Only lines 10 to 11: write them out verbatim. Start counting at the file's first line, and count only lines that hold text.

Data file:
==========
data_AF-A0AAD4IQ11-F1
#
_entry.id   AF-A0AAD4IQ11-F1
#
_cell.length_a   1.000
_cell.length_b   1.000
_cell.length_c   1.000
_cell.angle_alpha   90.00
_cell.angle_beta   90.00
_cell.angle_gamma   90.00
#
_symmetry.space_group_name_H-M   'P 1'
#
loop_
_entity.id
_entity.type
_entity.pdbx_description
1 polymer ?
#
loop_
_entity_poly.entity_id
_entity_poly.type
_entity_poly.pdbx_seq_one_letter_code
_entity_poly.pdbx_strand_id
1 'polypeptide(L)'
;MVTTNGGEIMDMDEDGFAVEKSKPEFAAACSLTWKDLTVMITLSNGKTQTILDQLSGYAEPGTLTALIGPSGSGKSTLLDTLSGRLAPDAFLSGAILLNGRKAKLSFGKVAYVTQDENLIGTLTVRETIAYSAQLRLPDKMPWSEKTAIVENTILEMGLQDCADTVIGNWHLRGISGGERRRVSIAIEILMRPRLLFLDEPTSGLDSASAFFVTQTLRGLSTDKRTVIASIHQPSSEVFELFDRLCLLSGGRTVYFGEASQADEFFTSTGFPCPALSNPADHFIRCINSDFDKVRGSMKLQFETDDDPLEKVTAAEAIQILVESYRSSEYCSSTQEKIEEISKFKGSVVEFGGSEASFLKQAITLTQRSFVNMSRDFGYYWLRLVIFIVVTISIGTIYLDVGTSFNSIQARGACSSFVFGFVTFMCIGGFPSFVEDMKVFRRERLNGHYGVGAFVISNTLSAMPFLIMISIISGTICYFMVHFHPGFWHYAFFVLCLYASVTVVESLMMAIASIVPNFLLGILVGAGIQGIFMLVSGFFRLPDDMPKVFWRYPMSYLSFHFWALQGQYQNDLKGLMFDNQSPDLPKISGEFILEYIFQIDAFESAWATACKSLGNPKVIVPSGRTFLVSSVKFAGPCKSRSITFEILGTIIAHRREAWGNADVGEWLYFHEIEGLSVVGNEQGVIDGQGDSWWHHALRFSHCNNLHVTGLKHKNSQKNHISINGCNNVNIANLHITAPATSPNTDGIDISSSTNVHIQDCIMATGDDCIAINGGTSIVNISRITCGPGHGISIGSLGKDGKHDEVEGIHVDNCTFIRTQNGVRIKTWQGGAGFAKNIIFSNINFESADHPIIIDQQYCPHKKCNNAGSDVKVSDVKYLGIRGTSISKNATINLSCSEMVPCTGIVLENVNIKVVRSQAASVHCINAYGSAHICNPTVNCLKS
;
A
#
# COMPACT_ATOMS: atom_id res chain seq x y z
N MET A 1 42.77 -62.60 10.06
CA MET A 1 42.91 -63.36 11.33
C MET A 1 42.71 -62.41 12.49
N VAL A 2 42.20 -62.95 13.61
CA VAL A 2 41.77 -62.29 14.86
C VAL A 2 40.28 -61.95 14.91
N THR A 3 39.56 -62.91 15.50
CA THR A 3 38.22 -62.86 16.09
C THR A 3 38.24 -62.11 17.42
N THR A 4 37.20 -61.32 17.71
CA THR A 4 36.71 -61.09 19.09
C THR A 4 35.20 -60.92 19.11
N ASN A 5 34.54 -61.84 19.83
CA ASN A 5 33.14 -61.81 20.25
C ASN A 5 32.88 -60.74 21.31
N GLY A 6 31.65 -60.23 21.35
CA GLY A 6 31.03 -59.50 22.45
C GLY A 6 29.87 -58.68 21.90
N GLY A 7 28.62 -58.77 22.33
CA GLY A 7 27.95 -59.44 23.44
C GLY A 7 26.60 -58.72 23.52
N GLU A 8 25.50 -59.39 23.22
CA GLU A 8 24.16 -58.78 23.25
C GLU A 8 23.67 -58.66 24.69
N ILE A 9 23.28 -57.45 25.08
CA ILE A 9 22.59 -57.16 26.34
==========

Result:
_cell.angle_gamma   90.00
#